The NFL star and former LSU player possibly committed an NCAA violation "if it’s determined athletes with eligibility remaining received cash," USA Today Sports mentions. OBJ and his representatives are cooperating with authorities, the Browns said in a statement.

Statement regarding Odell Beckham Jr. incident: pic.twitter.com/7cN3jOLCj6

— Cleveland Browns (@Browns) January 16, 2020

LSU will now investigate the incident to confirm if any NCAA violations were committed and if it will affect any of the players seen in the video.

Many have pointed exactly why the officer was in the locker room in the first place. As the players were celebrating their big win, the security guard allegedly threatened the players who were smoking cigars in the locker room. Stephen A. Smith reacted to the news and the NCAA possible violation as "bogus."

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Jim Jones Hints At A Dipset Movie

With recent individual projects from Cam’ron and Jim Jones gaining widespread acclaim, the latter East Coast rap veteran plans to keep that momentum going with this latest news. According to XXL Magazine, Jones hinted at a movie on their rap collective Dipset, which formed in the late 90s but rose to mainstream prominence in the 2000s.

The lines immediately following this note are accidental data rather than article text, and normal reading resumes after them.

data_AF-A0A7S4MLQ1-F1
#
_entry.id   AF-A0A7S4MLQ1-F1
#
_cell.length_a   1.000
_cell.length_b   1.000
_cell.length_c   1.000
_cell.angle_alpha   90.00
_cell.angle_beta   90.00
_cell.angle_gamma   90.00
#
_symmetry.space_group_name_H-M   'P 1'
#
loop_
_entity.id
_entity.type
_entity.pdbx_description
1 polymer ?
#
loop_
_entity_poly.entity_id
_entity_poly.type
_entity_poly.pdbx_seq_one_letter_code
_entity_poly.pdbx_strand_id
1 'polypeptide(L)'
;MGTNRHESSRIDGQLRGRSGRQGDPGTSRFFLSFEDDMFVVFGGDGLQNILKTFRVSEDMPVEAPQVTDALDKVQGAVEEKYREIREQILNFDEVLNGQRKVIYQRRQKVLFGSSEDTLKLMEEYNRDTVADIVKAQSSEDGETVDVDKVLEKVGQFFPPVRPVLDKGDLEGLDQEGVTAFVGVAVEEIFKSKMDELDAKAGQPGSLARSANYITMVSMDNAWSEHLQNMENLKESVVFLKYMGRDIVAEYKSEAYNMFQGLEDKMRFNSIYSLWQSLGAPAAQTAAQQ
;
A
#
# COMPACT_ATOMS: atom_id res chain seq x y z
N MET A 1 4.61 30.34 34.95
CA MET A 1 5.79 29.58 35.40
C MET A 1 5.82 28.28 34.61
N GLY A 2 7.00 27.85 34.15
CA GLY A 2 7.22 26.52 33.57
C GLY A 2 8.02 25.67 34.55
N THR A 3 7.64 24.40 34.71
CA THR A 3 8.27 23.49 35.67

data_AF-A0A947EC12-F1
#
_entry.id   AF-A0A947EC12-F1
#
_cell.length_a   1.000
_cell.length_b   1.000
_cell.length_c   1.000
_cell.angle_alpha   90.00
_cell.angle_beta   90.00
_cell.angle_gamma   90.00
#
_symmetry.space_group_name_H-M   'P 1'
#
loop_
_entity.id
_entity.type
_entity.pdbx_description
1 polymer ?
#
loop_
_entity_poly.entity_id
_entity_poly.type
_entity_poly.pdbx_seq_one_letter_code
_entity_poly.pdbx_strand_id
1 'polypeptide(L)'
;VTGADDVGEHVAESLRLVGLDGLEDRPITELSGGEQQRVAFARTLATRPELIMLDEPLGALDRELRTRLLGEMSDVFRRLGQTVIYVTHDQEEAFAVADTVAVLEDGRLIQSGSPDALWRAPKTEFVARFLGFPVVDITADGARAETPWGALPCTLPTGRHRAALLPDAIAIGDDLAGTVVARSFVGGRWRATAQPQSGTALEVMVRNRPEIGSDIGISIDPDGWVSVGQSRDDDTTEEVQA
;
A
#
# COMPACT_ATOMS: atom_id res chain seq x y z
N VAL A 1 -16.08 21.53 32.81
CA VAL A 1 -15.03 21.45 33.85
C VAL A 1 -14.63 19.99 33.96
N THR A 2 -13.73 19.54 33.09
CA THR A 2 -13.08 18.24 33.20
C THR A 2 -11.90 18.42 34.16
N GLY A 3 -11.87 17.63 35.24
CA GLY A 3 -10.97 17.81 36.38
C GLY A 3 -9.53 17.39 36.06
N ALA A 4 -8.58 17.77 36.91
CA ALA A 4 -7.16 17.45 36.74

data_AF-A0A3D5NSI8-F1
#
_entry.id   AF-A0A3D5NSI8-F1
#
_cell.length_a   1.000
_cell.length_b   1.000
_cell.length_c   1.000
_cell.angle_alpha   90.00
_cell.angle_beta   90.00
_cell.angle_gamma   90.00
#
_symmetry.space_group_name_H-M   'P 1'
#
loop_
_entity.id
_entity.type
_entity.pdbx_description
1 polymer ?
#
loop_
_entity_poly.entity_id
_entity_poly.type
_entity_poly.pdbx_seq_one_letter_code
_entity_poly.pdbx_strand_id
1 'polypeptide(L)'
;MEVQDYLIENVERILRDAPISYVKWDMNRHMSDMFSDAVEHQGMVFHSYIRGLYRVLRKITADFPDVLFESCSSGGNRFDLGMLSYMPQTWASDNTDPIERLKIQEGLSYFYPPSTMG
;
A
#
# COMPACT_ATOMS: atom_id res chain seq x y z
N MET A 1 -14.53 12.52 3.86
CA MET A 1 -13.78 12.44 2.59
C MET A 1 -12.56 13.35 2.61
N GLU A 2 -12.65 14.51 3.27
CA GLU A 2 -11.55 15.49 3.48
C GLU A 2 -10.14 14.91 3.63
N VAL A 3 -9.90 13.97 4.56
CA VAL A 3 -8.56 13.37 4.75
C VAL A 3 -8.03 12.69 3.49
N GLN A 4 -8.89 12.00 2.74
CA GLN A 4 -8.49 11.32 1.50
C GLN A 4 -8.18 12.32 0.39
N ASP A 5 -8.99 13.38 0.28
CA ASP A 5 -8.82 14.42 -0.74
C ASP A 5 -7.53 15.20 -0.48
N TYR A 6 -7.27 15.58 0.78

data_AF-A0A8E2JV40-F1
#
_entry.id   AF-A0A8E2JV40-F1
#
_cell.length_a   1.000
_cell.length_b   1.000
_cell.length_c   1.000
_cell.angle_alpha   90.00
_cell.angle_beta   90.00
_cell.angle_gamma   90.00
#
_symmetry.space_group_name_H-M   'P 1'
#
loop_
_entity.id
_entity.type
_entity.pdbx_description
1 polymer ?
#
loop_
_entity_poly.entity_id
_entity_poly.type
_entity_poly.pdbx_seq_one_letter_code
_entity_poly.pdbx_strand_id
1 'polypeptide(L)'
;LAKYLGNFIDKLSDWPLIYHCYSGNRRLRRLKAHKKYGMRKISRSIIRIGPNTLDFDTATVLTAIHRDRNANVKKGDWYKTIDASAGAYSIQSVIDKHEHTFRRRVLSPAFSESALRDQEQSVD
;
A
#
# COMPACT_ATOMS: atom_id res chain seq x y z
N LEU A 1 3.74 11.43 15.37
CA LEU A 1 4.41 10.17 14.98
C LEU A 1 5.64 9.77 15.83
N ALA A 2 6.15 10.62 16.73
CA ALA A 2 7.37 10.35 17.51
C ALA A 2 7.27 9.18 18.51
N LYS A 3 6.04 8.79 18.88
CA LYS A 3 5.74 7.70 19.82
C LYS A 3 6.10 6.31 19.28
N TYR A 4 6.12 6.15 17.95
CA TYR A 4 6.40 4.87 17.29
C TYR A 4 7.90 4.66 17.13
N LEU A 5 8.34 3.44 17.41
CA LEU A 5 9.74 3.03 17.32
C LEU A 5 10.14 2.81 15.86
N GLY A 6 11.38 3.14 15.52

“We started this as young teenagers. We would’ve never thought that we did what we did and ended up where we are and we’re still here today making money off this industry that we dreamed of being in," he said during an interview on Nick Cannon's Power 106 show. "People know we make music and there’s always a nostalgic value when we pop out and do music. But I do believe we got a story that needs to be seen in hip-hop like no other. I know people have a lot of their own glory story, but we really have an action flick that needs to be told.”

Dipset, which is comprised of Cam’ron, Jim Jones, Freekey Zeekey, Juelz Santana, and former members 40 Cal., Hell Rell, and J.R. Writer, churned out hit after hit like “Hey Ma (Remix),” “Real Ni**as,” "Family Ties," “Dipset Anthem,” “I’m Ready,” “Crunk Muzik,” and more.

A Dipset film will not head to production until Santana’s release from prison, Jones also noted. Santana was sentenced to two years in prison for possession of a firearm as a convicted felon. He was also found guilty of possession of a controlled substance. According to his partner Kimbella, Santana is expected to be released in summer 2020.